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[67th Anniversary Special] Pandemic changes paradigm for museums, galleries

COVID-19 accelerates changes in art institutions, spurs artists to reflect and create

By Park Yuna

Published : Aug. 16, 2020 - 16:00

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A virtual reality tour of “Conservator C’s Day” can be viewed on the website of the National Museum of Modern and Contemporary Art, Korea. (MMCA) A virtual reality tour of “Conservator C’s Day” can be viewed on the website of the National Museum of Modern and Contemporary Art, Korea. (MMCA)

If you are an art lover, you might have been overwhelmed by the recent flood of online content that museums and galleries have posted on their websites or social media platforms.

As the COVID-19 pandemic hit the world, almost all museums were forced to close temporarily. Thus began their efforts to enhance online content, offering virtual exhibitions, online streaming services and online access to material from their archives about their collection and research.

“Museums, museum professionals and COVID-19,” a report by the International Council of Museums (ICOM), which analyzed some 1,600 responses from museums and museum professionals in 107 countries collected between April 7 and May 7, notes that nearly 50 percent of the respondents said that they increased or started social media activities after coronavirus-enforced closures.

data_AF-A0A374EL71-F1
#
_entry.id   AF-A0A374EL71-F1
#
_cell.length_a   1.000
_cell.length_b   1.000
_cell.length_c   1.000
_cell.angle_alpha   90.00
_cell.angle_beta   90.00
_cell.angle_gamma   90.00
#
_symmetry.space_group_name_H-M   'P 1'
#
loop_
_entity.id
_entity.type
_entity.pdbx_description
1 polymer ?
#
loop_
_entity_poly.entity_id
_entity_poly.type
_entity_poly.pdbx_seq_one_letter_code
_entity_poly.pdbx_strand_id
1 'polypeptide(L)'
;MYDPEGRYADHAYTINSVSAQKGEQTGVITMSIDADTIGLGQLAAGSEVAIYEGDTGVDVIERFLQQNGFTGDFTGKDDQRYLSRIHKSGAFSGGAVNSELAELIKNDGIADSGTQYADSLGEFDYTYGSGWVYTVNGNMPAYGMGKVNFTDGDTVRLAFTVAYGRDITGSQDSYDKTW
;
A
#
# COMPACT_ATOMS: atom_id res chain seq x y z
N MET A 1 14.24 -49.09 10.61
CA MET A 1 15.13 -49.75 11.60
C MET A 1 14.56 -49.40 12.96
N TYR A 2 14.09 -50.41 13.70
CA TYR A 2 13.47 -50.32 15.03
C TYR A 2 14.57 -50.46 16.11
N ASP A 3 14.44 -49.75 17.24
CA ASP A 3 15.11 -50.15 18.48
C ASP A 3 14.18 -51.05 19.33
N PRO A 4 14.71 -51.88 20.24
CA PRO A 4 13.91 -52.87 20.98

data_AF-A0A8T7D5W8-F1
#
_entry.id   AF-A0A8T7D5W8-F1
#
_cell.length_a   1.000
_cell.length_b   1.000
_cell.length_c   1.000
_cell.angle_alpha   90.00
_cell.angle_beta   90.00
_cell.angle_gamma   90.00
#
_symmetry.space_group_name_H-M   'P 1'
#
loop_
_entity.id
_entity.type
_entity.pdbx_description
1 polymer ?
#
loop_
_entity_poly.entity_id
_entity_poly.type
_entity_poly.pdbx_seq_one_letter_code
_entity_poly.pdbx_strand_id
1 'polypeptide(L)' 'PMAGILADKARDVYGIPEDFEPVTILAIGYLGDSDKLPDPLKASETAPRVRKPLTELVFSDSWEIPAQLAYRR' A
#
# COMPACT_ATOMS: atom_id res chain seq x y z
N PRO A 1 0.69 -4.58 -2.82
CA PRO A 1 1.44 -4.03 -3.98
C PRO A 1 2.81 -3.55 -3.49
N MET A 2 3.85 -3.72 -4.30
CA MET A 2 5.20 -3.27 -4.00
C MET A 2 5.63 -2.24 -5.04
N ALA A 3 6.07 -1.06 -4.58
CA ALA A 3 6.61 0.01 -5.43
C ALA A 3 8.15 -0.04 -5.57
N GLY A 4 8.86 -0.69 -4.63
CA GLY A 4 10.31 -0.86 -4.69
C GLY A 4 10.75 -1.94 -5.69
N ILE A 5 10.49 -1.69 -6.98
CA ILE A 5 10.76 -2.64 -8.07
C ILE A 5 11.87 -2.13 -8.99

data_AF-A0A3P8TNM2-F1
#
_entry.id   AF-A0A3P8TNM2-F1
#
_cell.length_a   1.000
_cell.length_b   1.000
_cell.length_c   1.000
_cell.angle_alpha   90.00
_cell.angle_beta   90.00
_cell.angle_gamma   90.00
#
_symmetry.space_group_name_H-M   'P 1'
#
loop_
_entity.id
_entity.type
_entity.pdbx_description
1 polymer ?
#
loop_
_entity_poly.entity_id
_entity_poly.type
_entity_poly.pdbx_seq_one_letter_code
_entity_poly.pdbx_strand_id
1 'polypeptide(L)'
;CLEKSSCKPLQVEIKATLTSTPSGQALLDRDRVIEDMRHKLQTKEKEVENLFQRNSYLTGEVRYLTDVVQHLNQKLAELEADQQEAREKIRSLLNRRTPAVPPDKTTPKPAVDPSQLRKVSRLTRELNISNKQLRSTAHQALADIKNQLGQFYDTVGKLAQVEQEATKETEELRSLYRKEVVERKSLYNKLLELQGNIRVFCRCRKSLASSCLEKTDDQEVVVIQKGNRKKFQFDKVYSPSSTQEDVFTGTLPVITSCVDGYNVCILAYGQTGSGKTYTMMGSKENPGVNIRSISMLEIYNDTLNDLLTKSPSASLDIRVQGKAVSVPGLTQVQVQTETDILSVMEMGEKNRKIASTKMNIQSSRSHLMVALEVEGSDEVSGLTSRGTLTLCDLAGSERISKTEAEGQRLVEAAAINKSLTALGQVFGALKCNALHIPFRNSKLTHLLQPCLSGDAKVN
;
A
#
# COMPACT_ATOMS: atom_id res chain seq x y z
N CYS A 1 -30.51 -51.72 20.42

Some in the art sector say that a museum’s online traffic has become a standard by which to evaluate the museum’s performance.

The National Museum of Modern and Contemporary Art, Korea, which has created more than 530 pieces of online content so far on online platforms, said the number of subscribers to its YouTube Channel has now reached 22,700, up from 9,000 early this year just before the pandemic hit. The website traffic of the Louvre Museum in Paris jumped tenfold during the pandemic, according media reports.

“The COVID-19 era has become a turning point for the art sector in terms of digital activities,” Yang Ji-yeon, a professor of curatorial studies and art management department at Dongduk Women’s University in Seoul, told The Korea Herald.